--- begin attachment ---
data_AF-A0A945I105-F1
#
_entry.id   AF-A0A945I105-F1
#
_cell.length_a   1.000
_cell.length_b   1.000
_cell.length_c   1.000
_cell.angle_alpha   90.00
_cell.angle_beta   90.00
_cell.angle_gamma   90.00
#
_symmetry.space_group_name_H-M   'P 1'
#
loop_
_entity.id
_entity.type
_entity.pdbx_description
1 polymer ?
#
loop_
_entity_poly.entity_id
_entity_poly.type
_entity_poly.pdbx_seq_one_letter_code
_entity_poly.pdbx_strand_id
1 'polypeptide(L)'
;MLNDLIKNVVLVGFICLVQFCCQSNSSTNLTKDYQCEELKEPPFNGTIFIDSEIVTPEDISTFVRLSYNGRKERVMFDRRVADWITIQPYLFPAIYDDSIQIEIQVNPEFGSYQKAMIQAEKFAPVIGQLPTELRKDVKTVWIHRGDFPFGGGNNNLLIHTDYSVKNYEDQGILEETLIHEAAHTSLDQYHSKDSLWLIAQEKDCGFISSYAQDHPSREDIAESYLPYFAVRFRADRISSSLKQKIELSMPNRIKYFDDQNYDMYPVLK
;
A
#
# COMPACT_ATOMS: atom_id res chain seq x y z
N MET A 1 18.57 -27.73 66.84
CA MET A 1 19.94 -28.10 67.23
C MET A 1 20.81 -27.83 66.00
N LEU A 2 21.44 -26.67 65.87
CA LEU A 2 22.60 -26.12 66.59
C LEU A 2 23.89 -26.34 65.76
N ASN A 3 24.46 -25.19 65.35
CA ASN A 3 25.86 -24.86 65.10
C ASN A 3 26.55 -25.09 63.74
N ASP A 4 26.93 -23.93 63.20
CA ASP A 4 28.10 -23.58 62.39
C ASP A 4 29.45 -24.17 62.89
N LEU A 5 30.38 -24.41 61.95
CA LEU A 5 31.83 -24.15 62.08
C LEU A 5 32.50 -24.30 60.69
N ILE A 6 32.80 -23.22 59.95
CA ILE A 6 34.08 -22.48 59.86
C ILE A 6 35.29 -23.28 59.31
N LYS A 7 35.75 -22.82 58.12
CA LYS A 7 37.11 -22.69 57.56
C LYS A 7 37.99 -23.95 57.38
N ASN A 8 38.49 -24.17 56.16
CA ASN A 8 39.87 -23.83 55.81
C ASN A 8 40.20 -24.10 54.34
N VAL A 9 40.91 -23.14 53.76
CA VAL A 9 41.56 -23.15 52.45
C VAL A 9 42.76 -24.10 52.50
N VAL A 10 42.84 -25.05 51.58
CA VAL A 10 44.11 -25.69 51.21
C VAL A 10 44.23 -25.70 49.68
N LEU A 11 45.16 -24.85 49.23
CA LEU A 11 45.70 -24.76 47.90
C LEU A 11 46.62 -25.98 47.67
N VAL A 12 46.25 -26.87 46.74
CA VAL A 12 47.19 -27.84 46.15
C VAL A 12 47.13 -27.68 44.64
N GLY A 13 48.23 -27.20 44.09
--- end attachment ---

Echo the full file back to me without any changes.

data_AF-A0A945I105-F1
#
_entry.id   AF-A0A945I105-F1
#
_cell.length_a   1.000
_cell.length_b   1.000
_cell.length_c   1.000
_cell.angle_alpha   90.00
_cell.angle_beta   90.00
_cell.angle_gamma   90.00
#
_symmetry.space_group_name_H-M   'P 1'
#
loop_
_entity.id
_entity.type
_entity.pdbx_description
1 polymer ?
#
loop_
_entity_poly.entity_id
_entity_poly.type
_entity_poly.pdbx_seq_one_letter_code
_entity_poly.pdbx_strand_id
1 'polypeptide(L)'
;MLNDLIKNVVLVGFICLVQFCCQSNSSTNLTKDYQCEELKEPPFNGTIFIDSEIVTPEDISTFVRLSYNGRKERVMFDRRVADWITIQPYLFPAIYDDSIQIEIQVNPEFGSYQKAMIQAEKFAPVIGQLPTELRKDVKTVWIHRGDFPFGGGNNNLLIHTDYSVKNYEDQGILEETLIHEAAHTSLDQYHSKDSLWLIAQEKDCGFISSYAQDHPSREDIAESYLPYFAVRFRADRISSSLKQKIELSMPNRIKYFDDQNYDMYPVLK
;
A
#
# COMPACT_ATOMS: atom_id res chain seq x y z
N MET A 1 18.57 -27.73 66.84
CA MET A 1 19.94 -28.10 67.23
C MET A 1 20.81 -27.83 66.00
N LEU A 2 21.44 -26.67 65.87
CA LEU A 2 22.60 -26.12 66.59
C LEU A 2 23.89 -26.34 65.76
N ASN A 3 24.46 -25.19 65.35
CA ASN A 3 25.86 -24.86 65.10
C ASN A 3 26.55 -25.09 63.74
N ASP A 4 26.93 -23.93 63.20
CA ASP A 4 28.10 -23.58 62.39
C ASP A 4 29.45 -24.17 62.89
N LEU A 5 30.38 -24.41 61.95
CA LEU A 5 31.83 -24.15 62.08
C LEU A 5 32.50 -24.30 60.69
N ILE A 6 32.80 -23.22 59.95
CA ILE A 6 34.08 -22.48 59.86
C ILE A 6 35.29 -23.28 59.31
N LYS A 7 35.75 -22.82 58.12
CA LYS A 7 37.11 -22.69 57.56
C LYS A 7 37.99 -23.95 57.38
N ASN A 8 38.49 -24.17 56.16
CA ASN A 8 39.87 -23.83 55.81
C ASN A 8 40.20 -24.10 54.34
N VAL A 9 40.91 -23.14 53.76
CA VAL A 9 41.56 -23.15 52.45
C VAL A 9 42.76 -24.10 52.50
N VAL A 10 42.84 -25.05 51.58
CA VAL A 10 44.11 -25.69 51.21
C VAL A 10 44.23 -25.70 49.68
N LEU A 11 45.16 -24.85 49.23
CA LEU A 11 45.70 -24.76 47.90
C LEU A 11 46.62 -25.98 47.67
N VAL A 12 46.25 -26.87 46.74
CA VAL A 12 47.19 -27.84 46.15
C VAL A 12 47.13 -27.68 44.64
N GLY A 13 48.23 -27.20 44.09